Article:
Guide to Lossless Audio: Everything you need to know from a Phone User perspective
Remember back in the day when Walkmans and CDs were a thing? Or even before that, when vinyl records were played on turntables? Now that was true lossless audio, audio in the form the original creator wanted you to hear it in, without any loss of information. With time and evolving technology though, these discs were replaced by ubiquitous MP3 players like the iPod or just about any mobile phone that could play .mp3 files. While this was revolutionary in many ways since you no longer had to carry bulky equipment to enjoy your favorite tracks, it came with a compromise — audio compression.
What is Audio Compression?
Before we answer that question, it’s important to learn a bit more about some (not so) commonly used terms – bitrate and sample rate.
Bitrate refers to the amount of data that’s being encoded as audio every second. Data is in the form of bits, so bitrate is generally denoted in the form of kilobits per second or kbps. Sample rate, on the other hand, refers to the number of times in a second that the sound is being converted to data. Since any value per second denotes frequency, the sample rate is expressed in the form of Kilo Hertz or KHz. If you find it hard to understand what bitrate and sample rate actually mean, just know the higher the bitrate and sample rate, the better quality of audio you will hear.
Traditionally, CDs or Compact Discs have music files burnt onto them in the WAV format which you may have heard of before. WAV files generally have a bitrate of 1,411kbps and a sample rate of 44.1KHz. Ideally, this is the bitrate and sample rate required to hear “lossless” audio. However, there’s a caveat. A high bitrate means more data, which in turn means high file sizes. In order to reduce the size of these audio files, they have to be compressed and that’s where they lose the lossless tag.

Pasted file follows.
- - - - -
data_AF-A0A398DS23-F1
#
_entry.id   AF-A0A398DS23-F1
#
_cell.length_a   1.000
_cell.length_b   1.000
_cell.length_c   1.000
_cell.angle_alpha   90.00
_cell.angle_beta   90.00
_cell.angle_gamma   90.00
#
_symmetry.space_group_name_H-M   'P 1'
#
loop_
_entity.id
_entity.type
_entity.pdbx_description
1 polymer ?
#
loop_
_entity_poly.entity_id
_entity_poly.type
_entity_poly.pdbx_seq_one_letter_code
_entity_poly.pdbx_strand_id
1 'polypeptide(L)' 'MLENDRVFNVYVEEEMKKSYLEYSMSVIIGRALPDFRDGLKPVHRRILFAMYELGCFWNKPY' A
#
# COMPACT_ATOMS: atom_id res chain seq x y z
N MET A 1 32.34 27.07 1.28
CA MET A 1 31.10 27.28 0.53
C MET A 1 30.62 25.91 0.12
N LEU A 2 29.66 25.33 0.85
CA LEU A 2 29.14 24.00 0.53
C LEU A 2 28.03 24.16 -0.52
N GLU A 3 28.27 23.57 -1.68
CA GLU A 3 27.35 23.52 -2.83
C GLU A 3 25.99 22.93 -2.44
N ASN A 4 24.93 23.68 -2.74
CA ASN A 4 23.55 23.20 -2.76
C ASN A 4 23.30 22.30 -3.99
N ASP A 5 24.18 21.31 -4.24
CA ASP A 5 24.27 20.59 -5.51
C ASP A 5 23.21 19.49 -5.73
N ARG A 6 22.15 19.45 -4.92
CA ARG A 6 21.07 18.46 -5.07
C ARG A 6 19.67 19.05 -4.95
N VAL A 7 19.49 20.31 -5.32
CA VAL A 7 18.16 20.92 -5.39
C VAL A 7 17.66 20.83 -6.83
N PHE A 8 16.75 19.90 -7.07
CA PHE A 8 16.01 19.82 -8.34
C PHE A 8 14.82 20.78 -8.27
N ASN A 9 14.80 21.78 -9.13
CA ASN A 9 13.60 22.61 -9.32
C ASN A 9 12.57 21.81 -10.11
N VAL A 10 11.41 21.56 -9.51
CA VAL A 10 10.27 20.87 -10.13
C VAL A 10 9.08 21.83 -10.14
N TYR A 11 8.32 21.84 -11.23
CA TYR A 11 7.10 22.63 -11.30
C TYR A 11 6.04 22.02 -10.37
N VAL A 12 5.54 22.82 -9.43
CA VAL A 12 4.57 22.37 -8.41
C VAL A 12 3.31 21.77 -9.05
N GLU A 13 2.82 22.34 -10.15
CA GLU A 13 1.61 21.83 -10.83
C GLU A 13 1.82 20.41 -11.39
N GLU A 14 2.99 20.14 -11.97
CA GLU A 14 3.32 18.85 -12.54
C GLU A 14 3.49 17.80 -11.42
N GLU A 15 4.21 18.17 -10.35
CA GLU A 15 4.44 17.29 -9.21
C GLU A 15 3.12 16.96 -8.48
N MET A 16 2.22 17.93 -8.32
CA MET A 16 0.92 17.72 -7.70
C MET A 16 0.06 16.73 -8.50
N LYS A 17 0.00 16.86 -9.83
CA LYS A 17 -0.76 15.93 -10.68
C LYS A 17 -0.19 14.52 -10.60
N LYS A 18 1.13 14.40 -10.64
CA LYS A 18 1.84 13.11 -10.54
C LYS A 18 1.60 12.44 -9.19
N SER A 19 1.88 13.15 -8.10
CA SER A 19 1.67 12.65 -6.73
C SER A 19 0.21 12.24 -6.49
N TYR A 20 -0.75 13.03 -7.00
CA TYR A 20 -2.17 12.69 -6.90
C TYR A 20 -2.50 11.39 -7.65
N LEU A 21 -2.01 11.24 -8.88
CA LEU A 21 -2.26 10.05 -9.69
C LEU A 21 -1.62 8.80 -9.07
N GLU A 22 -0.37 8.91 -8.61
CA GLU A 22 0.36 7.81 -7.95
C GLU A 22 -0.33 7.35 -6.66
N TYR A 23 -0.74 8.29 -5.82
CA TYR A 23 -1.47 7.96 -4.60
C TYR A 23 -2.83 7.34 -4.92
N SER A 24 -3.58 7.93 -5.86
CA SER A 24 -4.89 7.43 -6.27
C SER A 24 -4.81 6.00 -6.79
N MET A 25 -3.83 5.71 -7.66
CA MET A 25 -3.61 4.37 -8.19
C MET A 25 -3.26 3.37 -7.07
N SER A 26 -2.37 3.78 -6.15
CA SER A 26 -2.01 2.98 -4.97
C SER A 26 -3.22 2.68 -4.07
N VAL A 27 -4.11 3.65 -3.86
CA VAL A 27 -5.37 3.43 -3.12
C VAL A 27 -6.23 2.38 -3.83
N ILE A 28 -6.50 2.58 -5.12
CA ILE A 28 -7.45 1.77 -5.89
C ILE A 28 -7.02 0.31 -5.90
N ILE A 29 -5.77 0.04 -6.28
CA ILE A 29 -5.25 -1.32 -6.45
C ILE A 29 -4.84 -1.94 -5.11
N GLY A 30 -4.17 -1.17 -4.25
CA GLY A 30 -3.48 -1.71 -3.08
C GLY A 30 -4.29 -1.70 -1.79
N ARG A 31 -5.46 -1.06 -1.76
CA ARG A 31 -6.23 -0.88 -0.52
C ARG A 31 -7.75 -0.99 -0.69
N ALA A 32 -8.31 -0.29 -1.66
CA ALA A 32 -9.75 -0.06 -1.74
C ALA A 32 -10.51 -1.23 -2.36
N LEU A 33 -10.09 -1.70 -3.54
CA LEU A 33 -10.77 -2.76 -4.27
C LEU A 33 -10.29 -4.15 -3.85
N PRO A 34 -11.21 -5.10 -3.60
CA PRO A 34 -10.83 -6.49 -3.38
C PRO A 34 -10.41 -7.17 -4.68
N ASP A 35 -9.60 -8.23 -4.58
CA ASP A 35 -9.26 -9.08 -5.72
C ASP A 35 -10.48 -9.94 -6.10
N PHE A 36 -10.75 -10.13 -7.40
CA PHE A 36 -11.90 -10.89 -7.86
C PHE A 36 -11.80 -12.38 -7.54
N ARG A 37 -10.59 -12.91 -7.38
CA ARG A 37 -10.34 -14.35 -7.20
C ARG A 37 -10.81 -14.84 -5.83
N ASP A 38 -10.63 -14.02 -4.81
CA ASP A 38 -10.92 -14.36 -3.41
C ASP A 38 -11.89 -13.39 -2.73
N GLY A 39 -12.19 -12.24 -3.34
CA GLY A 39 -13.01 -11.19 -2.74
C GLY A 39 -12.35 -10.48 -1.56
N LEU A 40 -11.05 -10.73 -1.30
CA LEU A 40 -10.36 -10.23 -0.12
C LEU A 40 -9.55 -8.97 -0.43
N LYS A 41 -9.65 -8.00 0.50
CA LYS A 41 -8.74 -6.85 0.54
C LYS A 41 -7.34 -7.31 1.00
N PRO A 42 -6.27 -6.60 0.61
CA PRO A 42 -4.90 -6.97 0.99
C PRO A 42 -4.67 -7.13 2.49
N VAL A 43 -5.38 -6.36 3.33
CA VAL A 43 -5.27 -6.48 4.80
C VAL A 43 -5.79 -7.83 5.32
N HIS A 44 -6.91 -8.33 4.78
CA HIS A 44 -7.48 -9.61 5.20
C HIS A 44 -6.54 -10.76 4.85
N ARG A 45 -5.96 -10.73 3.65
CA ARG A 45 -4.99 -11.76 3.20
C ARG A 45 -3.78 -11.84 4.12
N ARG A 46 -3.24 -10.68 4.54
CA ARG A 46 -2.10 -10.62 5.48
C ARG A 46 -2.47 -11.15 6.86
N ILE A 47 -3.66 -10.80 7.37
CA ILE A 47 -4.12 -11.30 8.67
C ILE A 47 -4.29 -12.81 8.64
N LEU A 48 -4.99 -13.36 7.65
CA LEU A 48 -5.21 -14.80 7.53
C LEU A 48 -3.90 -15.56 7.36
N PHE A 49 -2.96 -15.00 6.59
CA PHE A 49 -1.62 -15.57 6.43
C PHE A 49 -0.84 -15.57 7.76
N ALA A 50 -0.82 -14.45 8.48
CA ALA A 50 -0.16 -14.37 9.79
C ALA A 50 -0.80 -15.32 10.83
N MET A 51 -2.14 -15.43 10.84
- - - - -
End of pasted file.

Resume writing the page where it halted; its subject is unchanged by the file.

Most audio files you download from the internet these days are generally in MP3 format. This format is popular since it’s widely supported across multiple devices without any compatibility issues. However, MP3 is a compressed audio format which basically means you’re losing out on some information that you may otherwise hear on a lossless audio file. The reason we say may is because even some audiophiles claim they cannot differentiate between 320kbps MP3 and a lossless format like FLAC, which we’ll talk about later. Audio streaming services also use a format known as AAC which is slightly better than MP3 but still compressed.
The waveforms you see above do a good job depicting the difference between WAV and MP3 audio. As you can see, the details above a certain frequency are cut off in the MP3 audio files but are retained in the WAV audio. In the 128kbps MP3 spectrogram, you can see the cut-off frequency is lower than the 320kbps MP3 file indicating the quality of the audio is lower on the audio file with a lower bitrate and bit depth. The 24-bit WAV file has a higher range of frequencies indicating more details and better audio quality.
Difference between Uncompressed and Lossless Audio
The term “lossless” is being used quite loosely ever since Apple’s announcement of lossless audio coming to Apple Music on both iOS and Android. It’s important to note though that lossless audio and uncompressed audio are not the same. Uncompressed audio refers to a recorded track in its purest form without any technical intervention. This is the type of audio that has the minutest of details. Due to storage constraints though, it’s not practical to distribute this audio format which is where compressed yet lossless audio comes into the picture. In common speak, this is simply called lossless audio.
For some context, if you remember, we mentioned that lossless audio has a bitrate of 1,411kbps. MP3 and AAC, on the other hand, can do a maximum of 320kbps which shows how compressed these formats actually are. By now you must have realized it’s important to find a middle ground between lossless audio and compressed audio. Enter FLAC and ALAC.
Lossless Audio on Smartphones: FLAC and ALAC